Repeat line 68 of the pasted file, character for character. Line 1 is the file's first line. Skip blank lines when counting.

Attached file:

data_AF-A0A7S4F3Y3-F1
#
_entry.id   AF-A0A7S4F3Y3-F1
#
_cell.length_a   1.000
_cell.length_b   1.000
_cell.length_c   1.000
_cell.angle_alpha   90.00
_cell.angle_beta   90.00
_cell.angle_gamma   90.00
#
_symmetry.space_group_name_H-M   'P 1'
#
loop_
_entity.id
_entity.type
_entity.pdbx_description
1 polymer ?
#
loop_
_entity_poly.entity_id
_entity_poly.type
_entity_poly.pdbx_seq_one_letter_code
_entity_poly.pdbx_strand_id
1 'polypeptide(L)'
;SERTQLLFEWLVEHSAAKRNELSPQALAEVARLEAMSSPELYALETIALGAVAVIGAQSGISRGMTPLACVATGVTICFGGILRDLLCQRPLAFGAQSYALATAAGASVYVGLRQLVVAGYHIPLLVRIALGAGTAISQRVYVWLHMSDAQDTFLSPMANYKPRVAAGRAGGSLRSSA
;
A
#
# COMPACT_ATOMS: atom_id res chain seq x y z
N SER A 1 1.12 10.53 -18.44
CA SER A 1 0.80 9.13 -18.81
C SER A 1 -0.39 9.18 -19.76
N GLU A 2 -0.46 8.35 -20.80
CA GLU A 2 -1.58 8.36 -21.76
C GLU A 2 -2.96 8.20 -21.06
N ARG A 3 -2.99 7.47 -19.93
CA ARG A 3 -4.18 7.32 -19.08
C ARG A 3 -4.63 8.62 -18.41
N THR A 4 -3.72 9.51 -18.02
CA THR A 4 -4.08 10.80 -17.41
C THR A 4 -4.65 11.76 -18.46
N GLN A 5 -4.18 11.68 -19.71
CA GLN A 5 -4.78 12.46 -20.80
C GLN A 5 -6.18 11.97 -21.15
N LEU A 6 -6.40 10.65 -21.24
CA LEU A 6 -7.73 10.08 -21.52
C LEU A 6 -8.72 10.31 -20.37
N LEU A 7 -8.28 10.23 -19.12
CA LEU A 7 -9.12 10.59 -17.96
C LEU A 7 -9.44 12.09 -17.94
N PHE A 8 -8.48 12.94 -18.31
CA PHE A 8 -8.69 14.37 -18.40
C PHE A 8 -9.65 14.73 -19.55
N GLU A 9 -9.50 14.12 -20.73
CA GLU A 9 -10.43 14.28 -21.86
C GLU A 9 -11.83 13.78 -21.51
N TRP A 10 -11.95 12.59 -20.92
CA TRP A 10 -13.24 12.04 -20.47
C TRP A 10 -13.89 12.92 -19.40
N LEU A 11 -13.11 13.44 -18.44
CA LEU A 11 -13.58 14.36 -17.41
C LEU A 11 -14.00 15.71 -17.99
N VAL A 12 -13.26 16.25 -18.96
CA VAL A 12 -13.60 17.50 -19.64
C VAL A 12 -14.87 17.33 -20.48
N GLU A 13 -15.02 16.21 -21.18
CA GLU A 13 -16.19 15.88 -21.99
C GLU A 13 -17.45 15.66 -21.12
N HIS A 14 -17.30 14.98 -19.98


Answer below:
CA GLU A 13 -16.19 15.88 -21.99